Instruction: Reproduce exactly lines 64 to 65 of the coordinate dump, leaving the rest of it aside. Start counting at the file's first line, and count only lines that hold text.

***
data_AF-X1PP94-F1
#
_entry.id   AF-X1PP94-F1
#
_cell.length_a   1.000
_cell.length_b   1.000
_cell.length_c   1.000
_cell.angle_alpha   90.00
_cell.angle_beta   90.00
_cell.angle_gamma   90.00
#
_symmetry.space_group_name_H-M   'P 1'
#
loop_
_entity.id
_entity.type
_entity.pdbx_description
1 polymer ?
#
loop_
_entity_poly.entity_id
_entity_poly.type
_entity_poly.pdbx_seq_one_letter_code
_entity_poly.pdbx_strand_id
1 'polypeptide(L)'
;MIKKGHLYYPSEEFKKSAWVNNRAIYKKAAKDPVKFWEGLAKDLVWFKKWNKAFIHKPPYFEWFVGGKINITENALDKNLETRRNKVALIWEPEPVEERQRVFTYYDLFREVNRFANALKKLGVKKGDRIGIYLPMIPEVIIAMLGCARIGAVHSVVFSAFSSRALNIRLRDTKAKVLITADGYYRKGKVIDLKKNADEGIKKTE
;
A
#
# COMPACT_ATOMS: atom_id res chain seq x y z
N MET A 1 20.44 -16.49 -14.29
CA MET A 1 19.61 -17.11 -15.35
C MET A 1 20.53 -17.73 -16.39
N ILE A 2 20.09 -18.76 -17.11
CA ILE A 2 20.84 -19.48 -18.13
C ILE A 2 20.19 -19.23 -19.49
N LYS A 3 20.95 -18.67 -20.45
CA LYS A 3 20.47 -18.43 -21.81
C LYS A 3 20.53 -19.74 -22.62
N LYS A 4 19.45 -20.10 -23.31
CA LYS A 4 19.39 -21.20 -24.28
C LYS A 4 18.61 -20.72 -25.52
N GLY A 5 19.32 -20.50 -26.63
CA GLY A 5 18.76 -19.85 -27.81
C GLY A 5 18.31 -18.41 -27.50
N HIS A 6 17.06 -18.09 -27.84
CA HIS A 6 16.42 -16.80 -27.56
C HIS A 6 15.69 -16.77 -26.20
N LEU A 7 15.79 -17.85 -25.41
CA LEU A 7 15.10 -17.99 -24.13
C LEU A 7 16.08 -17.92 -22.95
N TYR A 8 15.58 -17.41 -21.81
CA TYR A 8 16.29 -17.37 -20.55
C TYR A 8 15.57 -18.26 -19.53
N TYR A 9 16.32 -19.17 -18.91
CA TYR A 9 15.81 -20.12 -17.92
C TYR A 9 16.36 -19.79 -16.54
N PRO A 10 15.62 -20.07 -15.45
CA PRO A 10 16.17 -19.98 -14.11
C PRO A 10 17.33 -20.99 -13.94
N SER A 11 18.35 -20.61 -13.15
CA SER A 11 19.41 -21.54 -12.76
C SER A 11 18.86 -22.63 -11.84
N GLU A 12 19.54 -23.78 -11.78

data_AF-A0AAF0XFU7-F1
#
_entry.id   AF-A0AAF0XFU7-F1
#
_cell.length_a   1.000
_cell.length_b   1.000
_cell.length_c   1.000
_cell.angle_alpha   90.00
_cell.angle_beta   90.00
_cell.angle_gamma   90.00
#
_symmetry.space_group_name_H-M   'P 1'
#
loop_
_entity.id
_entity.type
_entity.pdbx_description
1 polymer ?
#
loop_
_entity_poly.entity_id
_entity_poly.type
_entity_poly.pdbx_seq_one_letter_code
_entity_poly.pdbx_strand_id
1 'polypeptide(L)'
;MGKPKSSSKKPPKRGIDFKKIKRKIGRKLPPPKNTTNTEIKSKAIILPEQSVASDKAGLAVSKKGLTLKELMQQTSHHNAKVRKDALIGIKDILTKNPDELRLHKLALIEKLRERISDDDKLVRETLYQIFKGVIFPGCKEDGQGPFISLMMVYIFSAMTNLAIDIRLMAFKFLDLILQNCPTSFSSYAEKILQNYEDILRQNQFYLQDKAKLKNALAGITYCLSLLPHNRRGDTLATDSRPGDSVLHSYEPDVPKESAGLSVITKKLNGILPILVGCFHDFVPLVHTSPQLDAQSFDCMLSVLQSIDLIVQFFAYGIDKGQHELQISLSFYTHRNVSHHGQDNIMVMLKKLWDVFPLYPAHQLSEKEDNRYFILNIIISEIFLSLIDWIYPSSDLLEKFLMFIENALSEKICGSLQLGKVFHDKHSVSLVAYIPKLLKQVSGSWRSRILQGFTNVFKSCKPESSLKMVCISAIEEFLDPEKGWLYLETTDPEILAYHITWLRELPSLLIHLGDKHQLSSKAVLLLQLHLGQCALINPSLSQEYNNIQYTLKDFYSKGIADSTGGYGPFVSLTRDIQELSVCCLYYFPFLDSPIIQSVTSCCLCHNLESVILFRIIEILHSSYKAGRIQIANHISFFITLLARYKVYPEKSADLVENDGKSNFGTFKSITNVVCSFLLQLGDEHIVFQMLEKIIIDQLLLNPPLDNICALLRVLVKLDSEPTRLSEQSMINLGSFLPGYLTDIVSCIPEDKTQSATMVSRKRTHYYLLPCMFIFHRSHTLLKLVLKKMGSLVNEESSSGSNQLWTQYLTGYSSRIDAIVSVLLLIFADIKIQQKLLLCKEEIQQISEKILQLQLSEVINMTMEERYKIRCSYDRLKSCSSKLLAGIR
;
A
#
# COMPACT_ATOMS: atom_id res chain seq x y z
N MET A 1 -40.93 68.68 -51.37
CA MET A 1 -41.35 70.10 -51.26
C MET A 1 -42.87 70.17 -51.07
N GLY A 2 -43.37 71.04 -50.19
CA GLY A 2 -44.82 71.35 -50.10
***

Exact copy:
N GLU A 12 19.54 -23.78 -11.78

data_AF-A0AAF0XFU7-F1